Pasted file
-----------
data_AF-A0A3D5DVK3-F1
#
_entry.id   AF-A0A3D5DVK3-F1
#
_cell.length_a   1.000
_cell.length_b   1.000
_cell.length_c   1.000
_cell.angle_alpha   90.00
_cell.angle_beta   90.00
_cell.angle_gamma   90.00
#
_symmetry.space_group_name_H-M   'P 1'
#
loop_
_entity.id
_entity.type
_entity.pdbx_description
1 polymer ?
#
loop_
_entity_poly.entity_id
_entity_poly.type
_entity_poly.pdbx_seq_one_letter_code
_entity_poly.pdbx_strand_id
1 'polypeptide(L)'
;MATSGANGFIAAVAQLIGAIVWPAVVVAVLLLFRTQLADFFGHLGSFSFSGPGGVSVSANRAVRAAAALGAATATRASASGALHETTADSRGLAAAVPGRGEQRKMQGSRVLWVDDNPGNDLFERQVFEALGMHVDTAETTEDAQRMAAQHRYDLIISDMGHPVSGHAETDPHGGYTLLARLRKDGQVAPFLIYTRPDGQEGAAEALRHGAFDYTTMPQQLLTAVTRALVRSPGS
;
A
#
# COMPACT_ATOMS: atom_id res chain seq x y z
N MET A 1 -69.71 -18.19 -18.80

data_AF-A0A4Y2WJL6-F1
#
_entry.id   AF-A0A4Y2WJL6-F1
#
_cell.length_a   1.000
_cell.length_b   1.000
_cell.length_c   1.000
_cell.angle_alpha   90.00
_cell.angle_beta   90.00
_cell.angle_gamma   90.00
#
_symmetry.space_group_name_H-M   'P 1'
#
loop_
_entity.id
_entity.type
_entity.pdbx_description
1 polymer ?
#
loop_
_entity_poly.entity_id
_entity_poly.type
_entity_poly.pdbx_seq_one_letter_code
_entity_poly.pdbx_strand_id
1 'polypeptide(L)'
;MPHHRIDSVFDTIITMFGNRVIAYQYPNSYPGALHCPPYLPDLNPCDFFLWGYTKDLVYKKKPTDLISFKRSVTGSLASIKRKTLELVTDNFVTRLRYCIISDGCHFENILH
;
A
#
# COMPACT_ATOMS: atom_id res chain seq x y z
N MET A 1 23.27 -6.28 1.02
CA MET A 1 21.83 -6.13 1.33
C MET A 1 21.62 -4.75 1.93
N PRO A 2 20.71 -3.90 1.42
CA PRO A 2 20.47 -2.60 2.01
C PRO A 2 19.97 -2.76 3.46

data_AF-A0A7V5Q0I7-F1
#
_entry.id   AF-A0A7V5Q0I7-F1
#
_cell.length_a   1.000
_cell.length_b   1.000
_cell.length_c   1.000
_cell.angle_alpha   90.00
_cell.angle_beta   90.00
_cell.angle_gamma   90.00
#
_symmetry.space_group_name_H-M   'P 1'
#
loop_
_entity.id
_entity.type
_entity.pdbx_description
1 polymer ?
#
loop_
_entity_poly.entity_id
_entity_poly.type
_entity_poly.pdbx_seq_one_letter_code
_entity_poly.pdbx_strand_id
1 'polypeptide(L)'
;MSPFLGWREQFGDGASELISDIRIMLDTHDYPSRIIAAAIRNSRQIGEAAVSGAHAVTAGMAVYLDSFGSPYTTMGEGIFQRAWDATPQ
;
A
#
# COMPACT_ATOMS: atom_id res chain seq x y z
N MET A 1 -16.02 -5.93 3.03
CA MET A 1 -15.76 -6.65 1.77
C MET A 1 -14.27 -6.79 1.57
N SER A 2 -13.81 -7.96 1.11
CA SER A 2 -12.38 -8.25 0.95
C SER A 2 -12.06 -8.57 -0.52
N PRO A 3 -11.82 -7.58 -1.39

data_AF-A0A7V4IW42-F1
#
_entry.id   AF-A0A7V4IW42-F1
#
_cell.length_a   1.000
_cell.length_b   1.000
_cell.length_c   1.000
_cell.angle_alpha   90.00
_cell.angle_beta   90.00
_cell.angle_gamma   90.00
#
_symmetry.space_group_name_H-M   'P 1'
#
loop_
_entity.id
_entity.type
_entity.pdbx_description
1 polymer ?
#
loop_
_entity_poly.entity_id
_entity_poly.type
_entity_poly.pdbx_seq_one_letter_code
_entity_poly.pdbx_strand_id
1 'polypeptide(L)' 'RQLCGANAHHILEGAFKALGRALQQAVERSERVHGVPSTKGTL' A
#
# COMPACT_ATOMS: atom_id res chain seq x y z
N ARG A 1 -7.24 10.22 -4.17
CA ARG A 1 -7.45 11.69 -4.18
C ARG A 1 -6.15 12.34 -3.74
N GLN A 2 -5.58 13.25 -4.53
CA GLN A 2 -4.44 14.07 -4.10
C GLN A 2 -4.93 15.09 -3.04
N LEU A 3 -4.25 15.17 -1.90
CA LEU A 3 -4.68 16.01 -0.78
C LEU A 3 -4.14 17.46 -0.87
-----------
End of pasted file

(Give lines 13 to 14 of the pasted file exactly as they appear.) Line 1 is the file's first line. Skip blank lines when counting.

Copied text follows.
#
loop_